Principles for approval of NSW enterprise agreements 12/1/01

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Principles for approval of NSW enterprise agreements 12/1/01

The Federal Court has dismissed a claim by five unions that BHP's offer of individual contracts to award employees in the Pilbara region injured or altered their employment or constituted conduct aimed at inducing the workers to resign from their respective unions.

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The Federal Court has dismissed a claim by five unions that BHP's offer of individual contracts to award employees in the Pilbara region injured or altered their employment or constituted conduct aimed at inducing the workers to resign from their respective unions. In rejecting the claim that BHP had offended the freedom of association provisions of the Workplace Relations Act 1996, Kenny J accepted that BHP had introduced individual agreements because it was considered to be the best way to improve flexibility and efficiency at its Pilbara operations (Australian Workers' Union & Ors v BHP Iron-Ore Pty Ltd, [2001] FCA 3, 10 January 2001).

Background

As a wholly-owned subsidiary of the Broken Hill Proprietary Company Ltd, BHP Iron Ore Pty Ltd (BHPIO) carried out iron ore production and processing in the Pilbara region in Western Australia. BHPIO employees had their terms and conditions of employment governed by a Western Australian State Award and an Enterprise Agreement, both arrived at through collective bargaining.

In November 1999, BHPIO refused to negotiate collectively with respect to the terms and conditions of award employees, and offered each award employee an individual workplace agreement. Western Australian Workplace Agreements (WPAs) are individual contracts registered under the Workplace Agreements Act 1993(WA). They override the statutory effect of any other relevant collective industrial instrument. According to BHPIO three months after the initial offer nearly half of the award employees had signed WPAs.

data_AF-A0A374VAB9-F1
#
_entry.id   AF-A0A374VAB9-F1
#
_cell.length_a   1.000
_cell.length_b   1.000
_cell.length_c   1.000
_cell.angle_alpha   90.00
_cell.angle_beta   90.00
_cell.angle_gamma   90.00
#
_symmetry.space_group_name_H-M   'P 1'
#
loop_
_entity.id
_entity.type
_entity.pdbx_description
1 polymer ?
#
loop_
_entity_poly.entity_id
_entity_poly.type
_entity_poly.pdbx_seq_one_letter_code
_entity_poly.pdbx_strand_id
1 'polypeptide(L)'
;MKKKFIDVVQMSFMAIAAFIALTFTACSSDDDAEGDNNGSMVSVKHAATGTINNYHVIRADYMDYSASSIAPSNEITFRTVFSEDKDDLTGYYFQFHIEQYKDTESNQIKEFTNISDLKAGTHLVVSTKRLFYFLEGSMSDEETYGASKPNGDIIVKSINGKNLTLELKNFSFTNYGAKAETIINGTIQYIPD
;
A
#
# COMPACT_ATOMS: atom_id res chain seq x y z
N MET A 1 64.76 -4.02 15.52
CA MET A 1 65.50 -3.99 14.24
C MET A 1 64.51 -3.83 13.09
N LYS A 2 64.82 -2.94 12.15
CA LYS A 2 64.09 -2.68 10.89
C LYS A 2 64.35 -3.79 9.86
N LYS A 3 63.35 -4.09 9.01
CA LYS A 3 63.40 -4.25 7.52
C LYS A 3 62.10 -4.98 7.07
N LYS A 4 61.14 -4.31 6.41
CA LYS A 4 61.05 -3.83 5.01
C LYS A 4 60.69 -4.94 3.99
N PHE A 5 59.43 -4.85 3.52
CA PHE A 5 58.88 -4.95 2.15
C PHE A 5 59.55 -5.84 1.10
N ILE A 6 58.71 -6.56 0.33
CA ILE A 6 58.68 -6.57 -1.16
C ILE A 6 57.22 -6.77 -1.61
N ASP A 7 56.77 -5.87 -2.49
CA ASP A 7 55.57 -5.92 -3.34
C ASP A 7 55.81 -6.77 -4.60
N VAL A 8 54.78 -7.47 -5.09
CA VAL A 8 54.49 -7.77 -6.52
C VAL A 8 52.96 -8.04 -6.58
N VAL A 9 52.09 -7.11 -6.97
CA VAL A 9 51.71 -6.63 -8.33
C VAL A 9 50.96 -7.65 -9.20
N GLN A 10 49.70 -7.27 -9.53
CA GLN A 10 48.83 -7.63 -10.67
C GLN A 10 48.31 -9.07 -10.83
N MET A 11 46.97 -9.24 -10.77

The unions at Pilbara objected to the making of individual contracts and claimed that the offers violated the freedom of association provisions of the Workplace Relations Act 1996. To this end, the unions sought orders pursuant to s298Uto remedy the effects of conduct that was alleged to have contravened s298Kand s298M. These allegations related to injuring, discriminating and altering the position of employees because they were union members; and inducing employees to cease being union members. The applicant unions also sought damages for breach of contract, in that the WPAs were void to the extent that they facilitated the loss of employee entitlements under the Award.

This matter commenced with applications by the union for interlocutory injunctions preventing BHPIO from offering further individual contracts until the substantive matters relating to the freedom of association breaches were heard by the Court. Having found there to be serious questions to be tried, Gray J in AWU & Ors v BHPIO P/L, [2000] FCA 39, and on appeal the Full Federal Court in BHPIO P/L v AWU & Ors, [2000] FCA 430, considered it appropriate to grant an interlocutory injunction. Thereby BHPIO was restrained from entering into further workplace agreements until the hearing and determination of this matter.

Injury in employment and alteration of position - contravening s298K

Section 298Kprohibits employers injuring an employee or altering the position of an employee to the employee's prejudice. According to the unions, the company injured certain employees when it made a general offer of improved terms and conditions, subject to the signing of individual workplace agreements. BHPIO is said to have injured those employees who did not accept the individual agreements, because the company failed to extend to them the improved remuneration and conditions afforded to those who signed the individual agreements.

In the interlocutory injunction proceedings the Full Court noted BHPIO had offered each employee improved remuneration and conditions that were embodied in an individual workplace agreement. Therefore, the relative change or injury that resulted was brought about by the acceptance by some employees and the rejection by others of an offer that was indiscriminately made to all employees. In hearing the substantive merits of the case, Kenny J concurred with the observation of the Full Court that the undisputed facts did not point to a contravention by BHPIO of s298K, as the injury complained of flowed from the independent acts and decisions of the employees who accepted WPA offers.

Inducement to stop being union members - contravening s298M

Section 298Mof the Workplace Relations Act 1996provides that an employer must not induce an employee to stop being a member of an industrial association. Conduct that leads or moves, by persuasion or influence, an employee to stop being a member of a union may contravene s298M.